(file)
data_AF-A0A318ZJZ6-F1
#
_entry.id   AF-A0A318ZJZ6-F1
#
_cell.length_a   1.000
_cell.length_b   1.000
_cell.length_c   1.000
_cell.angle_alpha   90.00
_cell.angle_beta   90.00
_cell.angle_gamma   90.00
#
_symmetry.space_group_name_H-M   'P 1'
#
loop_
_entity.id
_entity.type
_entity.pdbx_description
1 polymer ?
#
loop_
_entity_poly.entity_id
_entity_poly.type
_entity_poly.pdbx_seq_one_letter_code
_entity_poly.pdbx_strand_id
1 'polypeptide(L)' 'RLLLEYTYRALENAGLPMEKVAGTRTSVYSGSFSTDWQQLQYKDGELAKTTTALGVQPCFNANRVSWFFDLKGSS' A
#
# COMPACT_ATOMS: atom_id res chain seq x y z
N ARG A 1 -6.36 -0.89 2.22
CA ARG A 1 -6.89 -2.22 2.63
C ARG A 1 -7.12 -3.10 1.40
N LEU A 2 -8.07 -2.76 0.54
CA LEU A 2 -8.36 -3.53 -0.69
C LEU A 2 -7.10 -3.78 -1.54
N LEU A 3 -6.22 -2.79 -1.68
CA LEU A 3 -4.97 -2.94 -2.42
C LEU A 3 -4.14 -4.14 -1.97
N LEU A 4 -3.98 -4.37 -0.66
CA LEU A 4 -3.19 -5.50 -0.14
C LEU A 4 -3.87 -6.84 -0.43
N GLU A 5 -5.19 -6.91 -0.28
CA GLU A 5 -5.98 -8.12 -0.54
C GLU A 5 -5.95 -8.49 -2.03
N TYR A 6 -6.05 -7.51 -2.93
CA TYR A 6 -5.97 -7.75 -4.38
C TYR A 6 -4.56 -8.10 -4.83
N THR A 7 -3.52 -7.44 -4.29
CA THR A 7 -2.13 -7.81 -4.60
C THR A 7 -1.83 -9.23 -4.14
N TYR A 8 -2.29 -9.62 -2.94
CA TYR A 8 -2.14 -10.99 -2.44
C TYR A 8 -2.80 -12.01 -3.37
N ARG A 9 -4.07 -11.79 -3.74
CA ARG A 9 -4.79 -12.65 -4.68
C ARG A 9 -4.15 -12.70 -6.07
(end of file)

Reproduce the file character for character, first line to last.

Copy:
data_AF-A0A318ZJZ6-F1
#
_entry.id   AF-A0A318ZJZ6-F1
#
_cell.length_a   1.000
_cell.length_b   1.000
_cell.length_c   1.000
_cell.angle_alpha   90.00
_cell.angle_beta   90.00
_cell.angle_gamma   90.00
#
_symmetry.space_group_name_H-M   'P 1'
#
loop_
_entity.id
_entity.type
_entity.pdbx_description
1 polymer ?
#
loop_
_entity_poly.entity_id
_entity_poly.type
_entity_poly.pdbx_seq_one_letter_code
_entity_poly.pdbx_strand_id
1 'polypeptide(L)' 'RLLLEYTYRALENAGLPMEKVAGTRTSVYSGSFSTDWQQLQYKDGELAKTTTALGVQPCFNANRVSWFFDLKGSS' A
#
# COMPACT_ATOMS: atom_id res chain seq x y z
N ARG A 1 -6.36 -0.89 2.22
CA ARG A 1 -6.89 -2.22 2.63
C ARG A 1 -7.12 -3.10 1.40
N LEU A 2 -8.07 -2.76 0.54
CA LEU A 2 -8.36 -3.53 -0.69
C LEU A 2 -7.10 -3.78 -1.54
N LEU A 3 -6.22 -2.79 -1.68
CA LEU A 3 -4.97 -2.94 -2.42
C LEU A 3 -4.14 -4.14 -1.97
N LEU A 4 -3.98 -4.37 -0.66
CA LEU A 4 -3.19 -5.50 -0.14
C LEU A 4 -3.87 -6.84 -0.43
N GLU A 5 -5.19 -6.91 -0.28
CA GLU A 5 -5.98 -8.12 -0.54
C GLU A 5 -5.95 -8.49 -2.03
N TYR A 6 -6.05 -7.51 -2.93
CA TYR A 6 -5.97 -7.75 -4.38
C TYR A 6 -4.56 -8.10 -4.83
N THR A 7 -3.52 -7.44 -4.29
CA THR A 7 -2.13 -7.81 -4.60
C THR A 7 -1.83 -9.23 -4.14
N TYR A 8 -2.29 -9.62 -2.94
CA TYR A 8 -2.14 -10.99 -2.44
C TYR A 8 -2.80 -12.01 -3.37
N ARG A 9 -4.07 -11.79 -3.74
CA ARG A 9 -4.79 -12.65 -4.68
C ARG A 9 -4.15 -12.70 -6.07